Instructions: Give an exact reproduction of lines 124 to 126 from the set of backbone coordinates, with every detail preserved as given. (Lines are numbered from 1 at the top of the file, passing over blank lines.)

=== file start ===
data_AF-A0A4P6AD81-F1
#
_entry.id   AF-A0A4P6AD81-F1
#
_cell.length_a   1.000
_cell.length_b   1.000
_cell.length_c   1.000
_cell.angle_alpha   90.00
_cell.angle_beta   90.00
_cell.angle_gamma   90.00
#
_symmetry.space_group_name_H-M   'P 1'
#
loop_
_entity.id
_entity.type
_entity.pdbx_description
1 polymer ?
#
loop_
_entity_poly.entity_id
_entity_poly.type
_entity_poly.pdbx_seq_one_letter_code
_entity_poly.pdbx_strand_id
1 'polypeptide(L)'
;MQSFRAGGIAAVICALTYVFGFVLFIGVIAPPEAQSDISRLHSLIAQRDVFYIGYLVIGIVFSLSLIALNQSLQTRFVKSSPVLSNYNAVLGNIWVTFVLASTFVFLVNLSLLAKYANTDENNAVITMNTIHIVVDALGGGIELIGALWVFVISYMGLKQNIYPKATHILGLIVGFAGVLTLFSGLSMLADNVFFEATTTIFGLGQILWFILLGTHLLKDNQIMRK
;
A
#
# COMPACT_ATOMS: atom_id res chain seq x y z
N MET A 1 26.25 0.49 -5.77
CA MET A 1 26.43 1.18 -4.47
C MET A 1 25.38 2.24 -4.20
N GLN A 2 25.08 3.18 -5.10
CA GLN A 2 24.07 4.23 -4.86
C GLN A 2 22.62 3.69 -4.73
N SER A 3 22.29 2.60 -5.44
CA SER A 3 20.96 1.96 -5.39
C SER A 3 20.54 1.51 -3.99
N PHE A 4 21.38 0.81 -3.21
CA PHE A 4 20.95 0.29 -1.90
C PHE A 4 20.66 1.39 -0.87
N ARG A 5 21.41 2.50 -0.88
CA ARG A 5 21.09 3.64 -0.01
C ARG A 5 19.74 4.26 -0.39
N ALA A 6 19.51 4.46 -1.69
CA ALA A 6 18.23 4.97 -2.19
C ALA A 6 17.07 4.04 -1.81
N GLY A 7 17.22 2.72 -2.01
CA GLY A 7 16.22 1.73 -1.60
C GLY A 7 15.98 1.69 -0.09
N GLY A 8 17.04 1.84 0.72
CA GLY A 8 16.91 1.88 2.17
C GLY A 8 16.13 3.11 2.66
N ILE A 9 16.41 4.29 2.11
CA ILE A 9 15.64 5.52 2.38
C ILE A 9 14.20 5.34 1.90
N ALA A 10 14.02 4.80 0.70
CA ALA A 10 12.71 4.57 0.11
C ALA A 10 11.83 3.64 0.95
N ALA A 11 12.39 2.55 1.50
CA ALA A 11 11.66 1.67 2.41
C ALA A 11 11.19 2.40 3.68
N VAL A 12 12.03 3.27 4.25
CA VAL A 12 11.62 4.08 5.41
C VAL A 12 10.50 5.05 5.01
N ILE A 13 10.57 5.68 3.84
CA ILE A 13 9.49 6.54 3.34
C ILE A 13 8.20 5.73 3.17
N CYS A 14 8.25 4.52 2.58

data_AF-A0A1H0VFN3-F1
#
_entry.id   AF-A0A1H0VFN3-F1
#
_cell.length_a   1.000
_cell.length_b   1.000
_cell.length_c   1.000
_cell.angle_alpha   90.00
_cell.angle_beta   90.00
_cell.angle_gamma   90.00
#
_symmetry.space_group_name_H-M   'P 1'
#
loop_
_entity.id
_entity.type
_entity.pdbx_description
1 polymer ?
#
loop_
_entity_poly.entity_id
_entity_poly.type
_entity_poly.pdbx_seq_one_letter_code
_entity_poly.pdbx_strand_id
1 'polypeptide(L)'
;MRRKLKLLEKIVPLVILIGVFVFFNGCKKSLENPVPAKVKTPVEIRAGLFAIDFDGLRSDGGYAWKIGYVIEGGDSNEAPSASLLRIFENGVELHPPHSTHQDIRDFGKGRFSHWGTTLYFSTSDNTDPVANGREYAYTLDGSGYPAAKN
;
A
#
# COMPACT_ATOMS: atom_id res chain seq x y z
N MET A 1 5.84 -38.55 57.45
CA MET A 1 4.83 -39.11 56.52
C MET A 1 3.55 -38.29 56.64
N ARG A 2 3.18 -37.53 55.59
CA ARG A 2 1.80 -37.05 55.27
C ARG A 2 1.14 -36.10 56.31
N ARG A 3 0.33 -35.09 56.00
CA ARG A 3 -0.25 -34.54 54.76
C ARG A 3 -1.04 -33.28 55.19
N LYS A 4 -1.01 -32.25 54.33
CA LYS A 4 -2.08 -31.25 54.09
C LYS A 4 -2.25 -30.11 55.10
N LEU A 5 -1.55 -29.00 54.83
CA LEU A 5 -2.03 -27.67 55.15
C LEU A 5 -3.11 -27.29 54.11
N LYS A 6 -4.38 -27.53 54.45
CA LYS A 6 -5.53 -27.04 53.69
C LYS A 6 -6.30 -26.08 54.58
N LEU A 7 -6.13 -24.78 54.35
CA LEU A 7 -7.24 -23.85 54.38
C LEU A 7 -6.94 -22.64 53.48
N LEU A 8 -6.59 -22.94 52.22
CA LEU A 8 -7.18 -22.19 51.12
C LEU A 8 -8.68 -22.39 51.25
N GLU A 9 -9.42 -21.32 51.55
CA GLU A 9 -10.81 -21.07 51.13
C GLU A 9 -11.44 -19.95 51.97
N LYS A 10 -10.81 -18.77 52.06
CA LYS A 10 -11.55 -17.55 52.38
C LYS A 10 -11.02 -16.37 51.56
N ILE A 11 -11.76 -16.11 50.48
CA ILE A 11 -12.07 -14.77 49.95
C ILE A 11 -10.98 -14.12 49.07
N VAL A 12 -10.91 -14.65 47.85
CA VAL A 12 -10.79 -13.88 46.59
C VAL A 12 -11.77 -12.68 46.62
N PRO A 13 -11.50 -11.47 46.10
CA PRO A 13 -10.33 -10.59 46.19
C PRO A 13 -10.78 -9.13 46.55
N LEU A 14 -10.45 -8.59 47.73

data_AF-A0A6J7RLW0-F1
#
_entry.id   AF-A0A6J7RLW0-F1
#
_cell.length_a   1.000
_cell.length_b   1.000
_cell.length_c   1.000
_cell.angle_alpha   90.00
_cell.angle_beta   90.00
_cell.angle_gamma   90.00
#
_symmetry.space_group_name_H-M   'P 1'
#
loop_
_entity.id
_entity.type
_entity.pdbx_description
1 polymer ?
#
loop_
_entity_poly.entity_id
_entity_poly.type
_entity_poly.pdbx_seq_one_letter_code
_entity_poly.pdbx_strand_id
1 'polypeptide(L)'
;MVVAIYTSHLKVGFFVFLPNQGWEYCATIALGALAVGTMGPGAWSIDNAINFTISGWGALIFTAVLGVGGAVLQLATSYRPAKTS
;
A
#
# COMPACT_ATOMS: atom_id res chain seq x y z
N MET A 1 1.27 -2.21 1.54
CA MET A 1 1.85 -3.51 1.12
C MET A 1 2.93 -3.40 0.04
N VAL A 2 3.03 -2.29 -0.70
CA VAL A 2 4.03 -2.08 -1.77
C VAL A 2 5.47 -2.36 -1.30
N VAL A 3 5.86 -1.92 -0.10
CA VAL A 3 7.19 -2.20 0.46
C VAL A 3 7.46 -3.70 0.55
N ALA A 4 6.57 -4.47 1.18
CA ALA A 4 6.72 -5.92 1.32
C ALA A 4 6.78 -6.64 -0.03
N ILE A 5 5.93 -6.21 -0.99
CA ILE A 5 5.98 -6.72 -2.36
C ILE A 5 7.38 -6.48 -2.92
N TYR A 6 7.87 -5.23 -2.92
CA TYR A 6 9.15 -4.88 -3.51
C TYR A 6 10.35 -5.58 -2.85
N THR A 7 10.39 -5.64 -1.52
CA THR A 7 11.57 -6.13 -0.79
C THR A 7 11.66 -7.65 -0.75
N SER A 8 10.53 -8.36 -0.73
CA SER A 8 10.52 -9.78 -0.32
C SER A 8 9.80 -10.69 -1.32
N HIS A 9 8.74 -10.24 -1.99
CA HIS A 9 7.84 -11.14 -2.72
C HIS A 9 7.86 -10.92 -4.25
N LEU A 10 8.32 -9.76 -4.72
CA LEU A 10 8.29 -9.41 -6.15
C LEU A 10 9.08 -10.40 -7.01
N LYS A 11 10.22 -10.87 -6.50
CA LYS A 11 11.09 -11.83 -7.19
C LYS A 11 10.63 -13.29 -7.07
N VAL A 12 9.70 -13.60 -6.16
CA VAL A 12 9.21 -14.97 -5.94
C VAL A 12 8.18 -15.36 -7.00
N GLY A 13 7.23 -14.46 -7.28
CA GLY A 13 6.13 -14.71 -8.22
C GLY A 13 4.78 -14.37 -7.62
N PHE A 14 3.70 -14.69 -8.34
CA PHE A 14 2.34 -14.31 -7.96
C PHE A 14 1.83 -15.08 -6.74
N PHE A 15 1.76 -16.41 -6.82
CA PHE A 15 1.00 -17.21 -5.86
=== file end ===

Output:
C LEU A 8 -8.68 -22.39 51.25
N GLU A 9 -9.42 -21.32 51.55
CA GLU A 9 -10.81 -21.07 51.13